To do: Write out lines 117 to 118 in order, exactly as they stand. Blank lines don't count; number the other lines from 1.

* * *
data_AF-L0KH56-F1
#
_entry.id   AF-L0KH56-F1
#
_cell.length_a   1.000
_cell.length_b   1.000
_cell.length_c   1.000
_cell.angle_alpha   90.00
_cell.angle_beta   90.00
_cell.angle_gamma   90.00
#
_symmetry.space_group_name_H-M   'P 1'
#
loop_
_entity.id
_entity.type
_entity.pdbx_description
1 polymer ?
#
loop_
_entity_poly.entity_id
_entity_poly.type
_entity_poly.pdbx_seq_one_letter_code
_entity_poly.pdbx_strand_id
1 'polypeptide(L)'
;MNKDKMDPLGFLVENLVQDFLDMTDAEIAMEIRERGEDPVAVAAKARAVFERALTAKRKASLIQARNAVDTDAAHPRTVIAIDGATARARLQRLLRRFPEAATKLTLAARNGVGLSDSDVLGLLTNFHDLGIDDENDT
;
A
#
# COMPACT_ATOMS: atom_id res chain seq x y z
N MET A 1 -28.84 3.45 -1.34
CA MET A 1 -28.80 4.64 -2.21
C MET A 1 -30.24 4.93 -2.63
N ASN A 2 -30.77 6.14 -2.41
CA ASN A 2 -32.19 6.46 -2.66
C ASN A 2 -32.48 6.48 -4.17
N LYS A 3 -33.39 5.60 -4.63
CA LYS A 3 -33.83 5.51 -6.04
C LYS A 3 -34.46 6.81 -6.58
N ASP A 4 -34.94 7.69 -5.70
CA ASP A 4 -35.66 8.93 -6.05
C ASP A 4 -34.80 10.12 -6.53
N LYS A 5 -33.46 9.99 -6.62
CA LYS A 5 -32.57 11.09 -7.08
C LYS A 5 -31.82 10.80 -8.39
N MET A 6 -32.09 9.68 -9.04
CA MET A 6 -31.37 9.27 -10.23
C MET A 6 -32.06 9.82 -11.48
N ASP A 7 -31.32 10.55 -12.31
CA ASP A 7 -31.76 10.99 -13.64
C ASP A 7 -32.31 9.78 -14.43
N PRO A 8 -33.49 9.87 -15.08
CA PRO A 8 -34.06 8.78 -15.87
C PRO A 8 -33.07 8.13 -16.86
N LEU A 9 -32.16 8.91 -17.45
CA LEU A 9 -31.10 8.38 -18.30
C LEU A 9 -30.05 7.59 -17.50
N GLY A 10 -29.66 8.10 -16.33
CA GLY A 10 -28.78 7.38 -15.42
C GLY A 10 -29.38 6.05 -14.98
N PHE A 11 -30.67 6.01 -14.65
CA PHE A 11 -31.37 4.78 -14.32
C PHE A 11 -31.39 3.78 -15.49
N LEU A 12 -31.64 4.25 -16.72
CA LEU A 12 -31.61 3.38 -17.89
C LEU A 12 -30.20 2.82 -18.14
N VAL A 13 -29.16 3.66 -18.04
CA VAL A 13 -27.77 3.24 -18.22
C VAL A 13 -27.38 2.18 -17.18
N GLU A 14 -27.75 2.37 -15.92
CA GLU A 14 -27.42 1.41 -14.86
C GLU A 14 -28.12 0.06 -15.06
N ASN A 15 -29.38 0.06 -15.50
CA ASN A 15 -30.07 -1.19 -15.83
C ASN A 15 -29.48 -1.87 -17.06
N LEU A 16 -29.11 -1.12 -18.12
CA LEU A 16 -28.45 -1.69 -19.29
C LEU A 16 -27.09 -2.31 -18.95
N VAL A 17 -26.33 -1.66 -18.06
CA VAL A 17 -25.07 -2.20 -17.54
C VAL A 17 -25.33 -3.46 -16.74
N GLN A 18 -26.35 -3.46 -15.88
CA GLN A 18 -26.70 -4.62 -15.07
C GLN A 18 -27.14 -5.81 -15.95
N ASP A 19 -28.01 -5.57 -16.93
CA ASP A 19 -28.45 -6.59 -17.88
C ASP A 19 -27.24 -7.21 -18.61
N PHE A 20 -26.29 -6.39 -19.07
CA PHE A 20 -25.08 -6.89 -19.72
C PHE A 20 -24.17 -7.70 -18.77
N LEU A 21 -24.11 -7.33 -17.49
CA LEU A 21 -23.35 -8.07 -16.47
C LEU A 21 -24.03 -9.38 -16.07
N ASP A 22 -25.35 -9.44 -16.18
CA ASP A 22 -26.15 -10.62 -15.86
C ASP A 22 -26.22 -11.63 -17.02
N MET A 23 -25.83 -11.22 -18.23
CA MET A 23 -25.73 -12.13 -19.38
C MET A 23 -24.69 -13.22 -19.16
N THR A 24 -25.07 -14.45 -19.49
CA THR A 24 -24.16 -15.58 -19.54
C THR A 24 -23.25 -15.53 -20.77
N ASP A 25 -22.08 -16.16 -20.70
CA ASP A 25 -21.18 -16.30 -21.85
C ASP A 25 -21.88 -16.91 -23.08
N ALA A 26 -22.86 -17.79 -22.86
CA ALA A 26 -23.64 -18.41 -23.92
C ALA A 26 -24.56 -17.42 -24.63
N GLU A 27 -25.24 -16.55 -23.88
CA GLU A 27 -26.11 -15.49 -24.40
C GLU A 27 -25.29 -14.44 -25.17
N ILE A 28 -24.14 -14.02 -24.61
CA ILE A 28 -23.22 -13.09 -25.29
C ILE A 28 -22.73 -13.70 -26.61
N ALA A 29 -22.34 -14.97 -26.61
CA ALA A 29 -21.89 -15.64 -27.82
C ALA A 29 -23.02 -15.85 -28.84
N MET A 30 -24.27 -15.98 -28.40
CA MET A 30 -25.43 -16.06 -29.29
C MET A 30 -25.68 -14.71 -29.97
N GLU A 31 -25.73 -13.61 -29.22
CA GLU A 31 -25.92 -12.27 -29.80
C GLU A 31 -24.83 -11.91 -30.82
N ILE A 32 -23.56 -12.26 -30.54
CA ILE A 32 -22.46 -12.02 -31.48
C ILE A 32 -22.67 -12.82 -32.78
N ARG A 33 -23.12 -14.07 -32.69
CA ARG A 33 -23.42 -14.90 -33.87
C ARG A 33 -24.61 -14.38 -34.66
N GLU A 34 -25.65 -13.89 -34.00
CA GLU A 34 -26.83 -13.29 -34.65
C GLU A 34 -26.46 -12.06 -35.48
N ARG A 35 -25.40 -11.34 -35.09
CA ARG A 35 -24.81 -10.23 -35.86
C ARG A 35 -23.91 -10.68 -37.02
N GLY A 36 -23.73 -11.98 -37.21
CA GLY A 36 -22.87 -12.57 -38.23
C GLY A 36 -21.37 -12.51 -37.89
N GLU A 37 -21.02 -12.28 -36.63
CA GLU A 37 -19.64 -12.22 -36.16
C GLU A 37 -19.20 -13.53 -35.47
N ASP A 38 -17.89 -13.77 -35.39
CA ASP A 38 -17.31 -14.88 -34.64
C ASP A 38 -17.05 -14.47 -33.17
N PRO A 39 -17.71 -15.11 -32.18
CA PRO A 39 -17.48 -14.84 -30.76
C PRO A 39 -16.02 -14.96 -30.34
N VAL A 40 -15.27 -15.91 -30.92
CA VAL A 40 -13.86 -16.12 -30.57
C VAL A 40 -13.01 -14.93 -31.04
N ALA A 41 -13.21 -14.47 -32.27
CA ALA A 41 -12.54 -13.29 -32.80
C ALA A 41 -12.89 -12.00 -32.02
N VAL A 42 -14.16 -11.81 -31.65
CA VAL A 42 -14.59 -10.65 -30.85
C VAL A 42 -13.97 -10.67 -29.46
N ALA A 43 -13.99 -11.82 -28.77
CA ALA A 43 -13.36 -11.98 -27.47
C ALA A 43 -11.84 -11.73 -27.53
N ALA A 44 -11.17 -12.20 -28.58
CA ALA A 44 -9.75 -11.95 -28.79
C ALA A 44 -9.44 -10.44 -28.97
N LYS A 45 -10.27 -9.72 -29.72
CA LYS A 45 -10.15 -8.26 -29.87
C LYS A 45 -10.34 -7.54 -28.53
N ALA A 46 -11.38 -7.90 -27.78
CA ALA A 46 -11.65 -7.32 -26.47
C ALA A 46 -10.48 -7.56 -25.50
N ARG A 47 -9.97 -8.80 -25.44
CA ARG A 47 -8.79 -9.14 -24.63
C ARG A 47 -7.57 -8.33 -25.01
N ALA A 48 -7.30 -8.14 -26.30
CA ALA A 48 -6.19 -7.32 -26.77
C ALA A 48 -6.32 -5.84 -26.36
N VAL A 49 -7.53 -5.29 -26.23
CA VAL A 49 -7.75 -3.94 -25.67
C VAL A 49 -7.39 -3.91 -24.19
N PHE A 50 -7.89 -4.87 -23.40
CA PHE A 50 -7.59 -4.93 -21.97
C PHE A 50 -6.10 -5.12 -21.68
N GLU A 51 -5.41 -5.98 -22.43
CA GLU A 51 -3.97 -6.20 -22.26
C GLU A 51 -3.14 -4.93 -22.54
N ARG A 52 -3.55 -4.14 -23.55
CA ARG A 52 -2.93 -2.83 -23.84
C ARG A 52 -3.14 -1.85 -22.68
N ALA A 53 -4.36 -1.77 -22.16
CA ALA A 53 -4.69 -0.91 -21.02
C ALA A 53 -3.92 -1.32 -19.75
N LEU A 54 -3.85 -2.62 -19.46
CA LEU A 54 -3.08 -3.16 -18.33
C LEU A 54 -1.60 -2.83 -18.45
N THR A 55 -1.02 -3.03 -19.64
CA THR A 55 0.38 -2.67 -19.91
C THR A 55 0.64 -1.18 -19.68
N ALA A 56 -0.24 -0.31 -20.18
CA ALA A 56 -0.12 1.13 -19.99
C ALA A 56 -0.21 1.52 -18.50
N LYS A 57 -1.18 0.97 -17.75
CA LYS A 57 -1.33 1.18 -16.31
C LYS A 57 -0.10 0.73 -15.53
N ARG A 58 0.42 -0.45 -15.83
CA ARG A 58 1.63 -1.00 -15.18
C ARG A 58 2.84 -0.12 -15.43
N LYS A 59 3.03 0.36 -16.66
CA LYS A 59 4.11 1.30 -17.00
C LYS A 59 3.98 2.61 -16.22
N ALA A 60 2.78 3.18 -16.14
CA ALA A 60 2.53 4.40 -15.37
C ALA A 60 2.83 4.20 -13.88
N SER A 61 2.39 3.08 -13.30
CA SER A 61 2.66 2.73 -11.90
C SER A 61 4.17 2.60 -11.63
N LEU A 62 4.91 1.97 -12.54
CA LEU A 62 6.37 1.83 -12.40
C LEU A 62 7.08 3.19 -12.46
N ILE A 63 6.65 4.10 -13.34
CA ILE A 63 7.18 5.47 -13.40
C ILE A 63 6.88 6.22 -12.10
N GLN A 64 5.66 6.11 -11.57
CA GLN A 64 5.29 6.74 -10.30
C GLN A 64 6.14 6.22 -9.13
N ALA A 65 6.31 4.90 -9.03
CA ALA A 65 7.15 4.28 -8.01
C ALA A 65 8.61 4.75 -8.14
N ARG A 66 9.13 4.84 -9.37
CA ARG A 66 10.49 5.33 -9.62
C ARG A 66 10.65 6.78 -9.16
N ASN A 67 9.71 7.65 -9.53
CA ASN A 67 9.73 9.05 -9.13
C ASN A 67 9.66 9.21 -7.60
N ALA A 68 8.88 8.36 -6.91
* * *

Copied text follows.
C ALA A 29 -23.02 -15.85 -28.84
N MET A 30 -24.27 -15.98 -28.40